The Story of Ernestein Louise Heide
The magic of Christmas. Her favorite time of year with its spirituality, beauty, family togetherness, music and song, the things she loved most. But she would not be part of the celebration this year. Instead, her family and friends would celebrate the 98 year long life of this wonderful woman which came to an end on December 9.
Ernestein was born September 21, 1924, in Harlan in north central Kansas. She was the youngest of five children, sister to Eunice, Neva, Ruth, Opal and DuWayne who was nearest to her age and closest to her. Her father Robert and mother Ida (St. Clair) Grimes instilled values she followed all her life, trustworthiness, and kindness to others. Robert was a minister at the church just down the street from her home and also owned a general store. After school and during the summer she worked at his store, first candling eggs and eventually becoming a clerk. She helped her mother around the house with chores. She learned to cook and sew from her mother who made many of Tein's clothes and was a skilled quilter.
Tein had favorite dolls growing up, but she was also a Tomboy, playing both basketball and softball. In the winter she played outside with her brother building snowmen in the cold Kansas winters. She loved cats, always naming the yellow ones “Sunshine” and the white ones “Snowball”. The little blond girl was talented and smart. Her teachers combined two of her grades to allow her to move forward faster in school. She could spell, winning the county spelling bee. Her mother bought a piano for her and insisted she take lessons, and she continued to play all her life. She also played the saxophone in the school band. But above all she loved to sing, as a member of school choruses but also as a soloist for school and community events.
After high school she attended business college in Grand Island, Nebraska and found a job at the Air Force base there after graduation. She sometimes went after work with friends to the United Service Organization (USO) there. But it was the tall handsome Army Air Force serviceman she had known all her life who won her heart.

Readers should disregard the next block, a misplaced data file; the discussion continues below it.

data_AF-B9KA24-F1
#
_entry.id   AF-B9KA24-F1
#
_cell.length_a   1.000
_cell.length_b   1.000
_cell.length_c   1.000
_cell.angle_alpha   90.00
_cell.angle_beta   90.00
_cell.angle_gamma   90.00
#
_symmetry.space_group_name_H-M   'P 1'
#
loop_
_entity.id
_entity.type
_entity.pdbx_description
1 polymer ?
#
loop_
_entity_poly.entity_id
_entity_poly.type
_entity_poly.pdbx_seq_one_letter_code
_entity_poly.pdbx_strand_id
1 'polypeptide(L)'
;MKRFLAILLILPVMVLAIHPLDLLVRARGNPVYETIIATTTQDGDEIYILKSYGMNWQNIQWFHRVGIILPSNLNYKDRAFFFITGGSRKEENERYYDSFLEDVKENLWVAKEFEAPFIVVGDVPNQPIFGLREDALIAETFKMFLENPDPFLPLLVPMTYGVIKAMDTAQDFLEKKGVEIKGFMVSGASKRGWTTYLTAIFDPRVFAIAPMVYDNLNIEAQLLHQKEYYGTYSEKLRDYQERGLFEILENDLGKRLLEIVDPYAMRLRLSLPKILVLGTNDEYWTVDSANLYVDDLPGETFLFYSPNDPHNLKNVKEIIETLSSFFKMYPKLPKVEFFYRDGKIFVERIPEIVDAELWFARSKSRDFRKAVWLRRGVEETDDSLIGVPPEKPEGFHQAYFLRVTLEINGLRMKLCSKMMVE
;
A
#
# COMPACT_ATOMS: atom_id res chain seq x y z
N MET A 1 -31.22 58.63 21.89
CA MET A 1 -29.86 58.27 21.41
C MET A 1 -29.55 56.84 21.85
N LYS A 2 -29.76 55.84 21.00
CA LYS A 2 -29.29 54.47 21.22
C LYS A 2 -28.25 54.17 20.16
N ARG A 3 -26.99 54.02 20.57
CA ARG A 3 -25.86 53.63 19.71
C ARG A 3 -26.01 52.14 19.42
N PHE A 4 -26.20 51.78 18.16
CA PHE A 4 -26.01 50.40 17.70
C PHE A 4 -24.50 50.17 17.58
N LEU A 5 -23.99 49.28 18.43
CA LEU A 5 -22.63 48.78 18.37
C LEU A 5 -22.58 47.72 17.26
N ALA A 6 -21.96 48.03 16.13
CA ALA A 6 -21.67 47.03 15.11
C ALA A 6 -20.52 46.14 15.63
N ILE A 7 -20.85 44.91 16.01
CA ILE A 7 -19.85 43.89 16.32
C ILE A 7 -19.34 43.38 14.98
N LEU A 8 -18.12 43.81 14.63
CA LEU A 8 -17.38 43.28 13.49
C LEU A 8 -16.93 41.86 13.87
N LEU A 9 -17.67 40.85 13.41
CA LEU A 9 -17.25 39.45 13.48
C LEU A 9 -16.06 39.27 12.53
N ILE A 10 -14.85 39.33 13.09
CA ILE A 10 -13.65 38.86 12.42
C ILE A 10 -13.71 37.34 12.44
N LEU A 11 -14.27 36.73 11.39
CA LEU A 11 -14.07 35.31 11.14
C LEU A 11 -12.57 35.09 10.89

She attended school with Lawrence Heide, though he was three years her senior. And as a cheerleader with the Red Pepper club, she often cheered for him during basketball games. Their friendship grew. When the war began and Lawrence was stationed overseas, she wrote letters to him. They started seeing each other beginning with a motorcycle ride when he was home on leave. On the 4th of July in 1945 they were married.
From their first date she held tightly to him as they moved from their first little white house in Harlan, to Smith Center, then briefly to Tulsa and finally to Topeka. Her dream from childhood of being a homemaker and a mother began to come true with the births of Cheryl Suzanne, in February, 1947 and Brenda Joyce in November, 1951. Over the years her family became even more complete with grandson Kip and great grandson Jaime
Lawrence was away much of the time traveling across Kansas, Oklahoma and Nebraska following available road construction work. During his long absences, Tein managed their home and took care of their daughters, still finding time to be with the many friends who were drawn to her by her fun-loving spirit and sweetness. She joined garden clubs and enjoyed the beautiful flower gardens she cultivated. She was always a favorite mom to ride with to school events and was involved in many school parent activities. She sang in the church choir and spent hours playing her piano and singing with her daughters. In Topeka she became an avid golfer. When Lawrence retired, they spent more time together, socializing with friends, dancing, and traveling. She held Lawrence's hand, and they traveled the world together. Yet she was always happy to come back home.